15 February 2013 - by -
The new sectoral minimum wage increase for farm workers will have an
irrevocable effect on agriculture in the Orange River Wine Region.
The new minimum wage of R105 per day, which comes into effect on March 1 this year represents a 50% increase on the previous amount of R69 and is widely considered to be unsustainable.
According to Herman Cruywagen, manager of Orange River Cellars, the wage increase comes at a time when wine farmers are already struggling financially due to increased power tariffs, fuel prices, inflation and the annual increase in other input costs.
“For most farmers the wage bill already represents their primary expense, and the sudden increase has triggered warning signs for the future of wine production in the Northern Cape,” he says.
According to Cruywagen this situation may prompt farmers to replace their wine vineyards with raisin grape varieties for which prices are currently higher so as to absorb the impact of the increased labour costs.
“Farmers may also stop grape production altogether to concentrate on other crops,” he says. “It is thus highly possible that the farming character of the Orange River Region, which has been built over the past hundred years, can change irrevocably due to an ill-considered decision made without proper broad consultation."
Cruywagen says the uprooting of wine vineyards due to the increased labour costs will have an enormous impact on the government’s excise income. “The government has now literally slain the goose which lays the golden eggs,” says Cruywagen.
“If a hectare of vineyards produces 30 tons of grapes and 600 litres of wine is produced from a ton of grapes, this means that at an excise of R2,50 per litre of wine, the state will lose R45 000 annually for each hectare of wine grapes uprooted. The decreased excise income will necessitate the government to recover this loss from the public in other ways, heaping more pressure on the already punch-drunk tax-payer."
He also expressed concern over the impact of increasing mechanisation and dismissals on the local community of the lower Orange River Region. "There are approximately 15 000 workers permanently involved in the wine vineyard industry, and another 50 000 temporary workers during the harvest period. Dismissals will have a tremendous social ripple effect on the community of Upington and surrounding towns, but due to the wage increase such layoffs are unavoidable," says Cruywagen.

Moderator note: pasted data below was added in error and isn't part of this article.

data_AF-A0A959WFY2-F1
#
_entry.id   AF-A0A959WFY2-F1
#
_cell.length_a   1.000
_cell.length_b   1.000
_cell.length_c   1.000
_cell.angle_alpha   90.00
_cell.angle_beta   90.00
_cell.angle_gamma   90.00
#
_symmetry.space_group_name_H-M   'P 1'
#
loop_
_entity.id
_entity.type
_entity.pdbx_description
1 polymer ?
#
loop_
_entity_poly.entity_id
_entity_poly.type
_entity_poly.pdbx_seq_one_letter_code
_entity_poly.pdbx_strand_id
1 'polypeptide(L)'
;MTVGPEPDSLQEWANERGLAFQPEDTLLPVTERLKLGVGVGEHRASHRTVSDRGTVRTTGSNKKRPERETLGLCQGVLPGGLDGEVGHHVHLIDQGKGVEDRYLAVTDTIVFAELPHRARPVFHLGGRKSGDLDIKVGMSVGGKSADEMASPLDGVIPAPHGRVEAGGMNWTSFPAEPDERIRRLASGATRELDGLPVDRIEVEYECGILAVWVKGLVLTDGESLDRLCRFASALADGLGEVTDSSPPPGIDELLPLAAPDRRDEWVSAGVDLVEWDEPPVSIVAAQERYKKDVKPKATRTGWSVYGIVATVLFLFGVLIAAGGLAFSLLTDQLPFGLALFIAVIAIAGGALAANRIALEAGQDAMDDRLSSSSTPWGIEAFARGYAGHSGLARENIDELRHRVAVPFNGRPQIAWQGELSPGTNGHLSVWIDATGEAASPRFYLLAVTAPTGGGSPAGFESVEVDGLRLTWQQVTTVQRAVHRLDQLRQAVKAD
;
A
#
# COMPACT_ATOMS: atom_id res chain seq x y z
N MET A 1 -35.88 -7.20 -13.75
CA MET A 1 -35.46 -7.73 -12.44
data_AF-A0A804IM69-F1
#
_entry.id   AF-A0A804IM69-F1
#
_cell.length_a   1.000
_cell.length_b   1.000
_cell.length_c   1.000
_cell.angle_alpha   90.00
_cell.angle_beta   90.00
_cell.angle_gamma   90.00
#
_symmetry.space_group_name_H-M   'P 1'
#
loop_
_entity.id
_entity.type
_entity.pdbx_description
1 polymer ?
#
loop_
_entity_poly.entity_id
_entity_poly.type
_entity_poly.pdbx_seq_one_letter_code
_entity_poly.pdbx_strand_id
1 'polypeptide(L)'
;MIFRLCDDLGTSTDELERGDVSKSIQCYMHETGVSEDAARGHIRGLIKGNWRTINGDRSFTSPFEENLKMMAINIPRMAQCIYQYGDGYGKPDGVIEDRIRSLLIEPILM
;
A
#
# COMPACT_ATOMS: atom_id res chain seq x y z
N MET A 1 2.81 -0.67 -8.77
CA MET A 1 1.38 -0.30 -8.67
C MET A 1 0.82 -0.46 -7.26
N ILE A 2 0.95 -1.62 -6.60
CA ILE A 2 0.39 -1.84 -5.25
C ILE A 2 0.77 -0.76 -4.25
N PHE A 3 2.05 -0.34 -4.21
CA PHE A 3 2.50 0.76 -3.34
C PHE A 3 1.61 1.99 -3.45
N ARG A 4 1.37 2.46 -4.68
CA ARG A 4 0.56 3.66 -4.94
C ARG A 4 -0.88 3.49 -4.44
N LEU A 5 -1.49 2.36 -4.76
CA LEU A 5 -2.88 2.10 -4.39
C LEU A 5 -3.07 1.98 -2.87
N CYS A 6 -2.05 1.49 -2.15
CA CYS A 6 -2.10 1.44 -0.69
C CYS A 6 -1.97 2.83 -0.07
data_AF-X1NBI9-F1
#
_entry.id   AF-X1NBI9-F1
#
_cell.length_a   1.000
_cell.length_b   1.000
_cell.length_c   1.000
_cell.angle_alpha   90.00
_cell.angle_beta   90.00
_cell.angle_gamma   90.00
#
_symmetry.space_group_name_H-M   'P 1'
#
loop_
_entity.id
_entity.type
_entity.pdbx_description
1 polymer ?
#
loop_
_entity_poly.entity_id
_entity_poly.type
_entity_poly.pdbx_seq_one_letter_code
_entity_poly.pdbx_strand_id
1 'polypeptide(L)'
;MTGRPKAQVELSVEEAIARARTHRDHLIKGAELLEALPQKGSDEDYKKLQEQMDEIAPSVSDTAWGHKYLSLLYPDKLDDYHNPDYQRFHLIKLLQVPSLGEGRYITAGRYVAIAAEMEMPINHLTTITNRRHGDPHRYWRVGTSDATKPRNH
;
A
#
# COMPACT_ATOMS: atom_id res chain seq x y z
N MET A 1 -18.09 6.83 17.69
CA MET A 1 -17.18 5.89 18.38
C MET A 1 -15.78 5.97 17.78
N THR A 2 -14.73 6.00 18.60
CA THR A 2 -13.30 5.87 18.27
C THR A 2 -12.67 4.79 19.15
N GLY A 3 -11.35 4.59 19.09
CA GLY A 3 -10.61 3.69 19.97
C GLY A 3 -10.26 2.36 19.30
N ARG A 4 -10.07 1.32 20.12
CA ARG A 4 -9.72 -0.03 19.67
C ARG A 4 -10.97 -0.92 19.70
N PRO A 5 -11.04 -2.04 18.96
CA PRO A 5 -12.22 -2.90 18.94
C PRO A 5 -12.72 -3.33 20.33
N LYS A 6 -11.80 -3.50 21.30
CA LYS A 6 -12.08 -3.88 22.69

Albert Brink, chairman of the Orange River Cellars Board of Directors and himself a farmer outside Keimoes, thinks that the wage increase will force each farmer to take a radical approach to his business and that the local wine industry will have to reposition itself accordingly.
"The survival of the region's wine industry has been placed under immediate pressure with this one-sided increase," says Brink. "Farmers will replace wine grapes with more profitable raisins, which will undo all the good work that Orange River Cellars has done in the past years to establish its reputation as quality wine producer."
According to him wine farmers will also have to mechanise and find ways to utilise labour more efficiently. "This will particularly have an effect on people employed as harvest workers on a temporary basis, which in turn will have a negative effect on the social profile of the Upington region."
"It is a great pity that the decision regarding the sectoral wage increase was carried out in such a partisan manner and so abruptly. On March 1, when the increase takes effect, the Orange River farmers will be totally immersed in the harvest and all their planning from last year will be nullified by the escalated input costs. I think that more consultation and planning should have been done - as there are certainly two sides to every situation, and the farmers side has not been heard whatsoever."
According to Brink the increased wages may have an effect on the prices of Orange River Cellar products, which could hamper the cellar's competitiveness. "Marketing initiatives and improved wine quality have opened various new markets for us in South Africa and abroad during the past few years, and our excellent quality versus price ratio is one of Orange River Cellars' outstanding qualities as producer. Increased input costs, like labour, could overthrow this scenario and the impact thereof will not be experienced in the wine cellar only, but also in the community at large."
"This has particular ramifications for foreign markets, as Orange River Cellars has to compete against countries in Europe and South America where wine industries receive significant subsidies from their governments, who realise and acknowledge the full value of their wine industries."
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